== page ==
Personally I only use a spotmeter so can't really comment on your metering method. However, you can only really work out where your exposure is going by getting light numbers from the Lab when printing which is of course becoming increasingly rare. However, when you are testing, ask the lab to give you the light number that you would have printed at and then at least you can get an idea of where the exposure is on the neg.
The generally accepted way to use an incident meter is to point it at the camera and use the reading as the shape of the cone is designed to split the key/fill difference for you: with the exception that most people seem to shade off the toplight. As I learned exposure via the Ansel Adams Zone system, Incident light has always struck me as rather irrelevant. There's a good summary of the system on this web page: http://www4.hmc.edu:8001/humanities/beckman/artclasses/Assign11.htm
I am filming a movie at the moment and last week a filmed part of a scene. The weather was cloudy and somewhat dark even though it was in the middle of the day. What I want to do now is film the other half now that I have all the actors back from their various trips. The problem is the weather forecast is sunny. How can I make the two part of the scene look the same. Is it possible or will I just have to wait for an other cloudy day.?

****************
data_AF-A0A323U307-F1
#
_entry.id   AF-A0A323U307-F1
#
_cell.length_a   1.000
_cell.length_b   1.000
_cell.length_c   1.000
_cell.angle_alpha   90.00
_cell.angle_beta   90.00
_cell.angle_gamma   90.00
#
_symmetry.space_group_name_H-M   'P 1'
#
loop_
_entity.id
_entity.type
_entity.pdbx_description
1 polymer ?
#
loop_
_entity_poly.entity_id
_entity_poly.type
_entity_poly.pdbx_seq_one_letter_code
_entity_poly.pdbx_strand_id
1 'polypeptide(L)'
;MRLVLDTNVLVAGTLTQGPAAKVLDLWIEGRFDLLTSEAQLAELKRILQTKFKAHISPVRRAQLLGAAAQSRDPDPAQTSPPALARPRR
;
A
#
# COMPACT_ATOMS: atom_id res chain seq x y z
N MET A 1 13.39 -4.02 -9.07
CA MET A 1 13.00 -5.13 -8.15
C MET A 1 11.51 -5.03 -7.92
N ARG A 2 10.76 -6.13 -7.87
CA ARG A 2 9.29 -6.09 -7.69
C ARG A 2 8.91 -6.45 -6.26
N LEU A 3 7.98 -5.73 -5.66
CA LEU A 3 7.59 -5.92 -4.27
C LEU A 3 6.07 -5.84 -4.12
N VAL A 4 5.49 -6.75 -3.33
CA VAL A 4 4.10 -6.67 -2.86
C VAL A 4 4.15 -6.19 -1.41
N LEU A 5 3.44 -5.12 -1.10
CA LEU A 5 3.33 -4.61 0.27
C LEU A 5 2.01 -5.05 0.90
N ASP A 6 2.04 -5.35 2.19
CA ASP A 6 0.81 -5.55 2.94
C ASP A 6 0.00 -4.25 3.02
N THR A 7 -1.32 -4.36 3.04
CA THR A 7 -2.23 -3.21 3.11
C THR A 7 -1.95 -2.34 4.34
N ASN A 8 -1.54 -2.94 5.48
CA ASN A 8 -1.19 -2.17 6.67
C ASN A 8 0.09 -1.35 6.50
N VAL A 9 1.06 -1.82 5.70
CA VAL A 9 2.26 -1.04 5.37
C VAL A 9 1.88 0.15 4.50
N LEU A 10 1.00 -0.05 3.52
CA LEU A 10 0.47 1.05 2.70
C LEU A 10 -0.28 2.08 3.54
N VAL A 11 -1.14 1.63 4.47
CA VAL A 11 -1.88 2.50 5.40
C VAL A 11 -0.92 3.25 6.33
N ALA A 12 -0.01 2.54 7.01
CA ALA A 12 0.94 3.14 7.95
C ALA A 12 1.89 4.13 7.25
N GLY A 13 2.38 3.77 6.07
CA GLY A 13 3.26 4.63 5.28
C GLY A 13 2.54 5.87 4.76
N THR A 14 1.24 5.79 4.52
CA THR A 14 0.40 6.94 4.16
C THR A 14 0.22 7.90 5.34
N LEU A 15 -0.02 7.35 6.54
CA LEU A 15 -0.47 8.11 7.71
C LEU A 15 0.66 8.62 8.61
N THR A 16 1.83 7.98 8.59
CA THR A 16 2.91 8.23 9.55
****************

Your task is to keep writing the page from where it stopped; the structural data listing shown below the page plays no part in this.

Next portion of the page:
I was asked by a Director once if I could use a "sun filter" to make a cloudy day look sunny: I thought she was joking but she wasn't! If you have already shot pieces that need other pieces within the same scene then yes you will have to wait for cloudy conditions. If you are moving on to the next part of the same scene you might get away with a change in the lighting conditions. You might have to make a small adjustment to the script or the way the scene is edited to account for the change. In the old days we would shoot the sun going behind a cloud as people were more afraid of continuity mistakes then but you won't see a shot like that in a modern film. A lighting change will just propel the narrative forward a few minutes.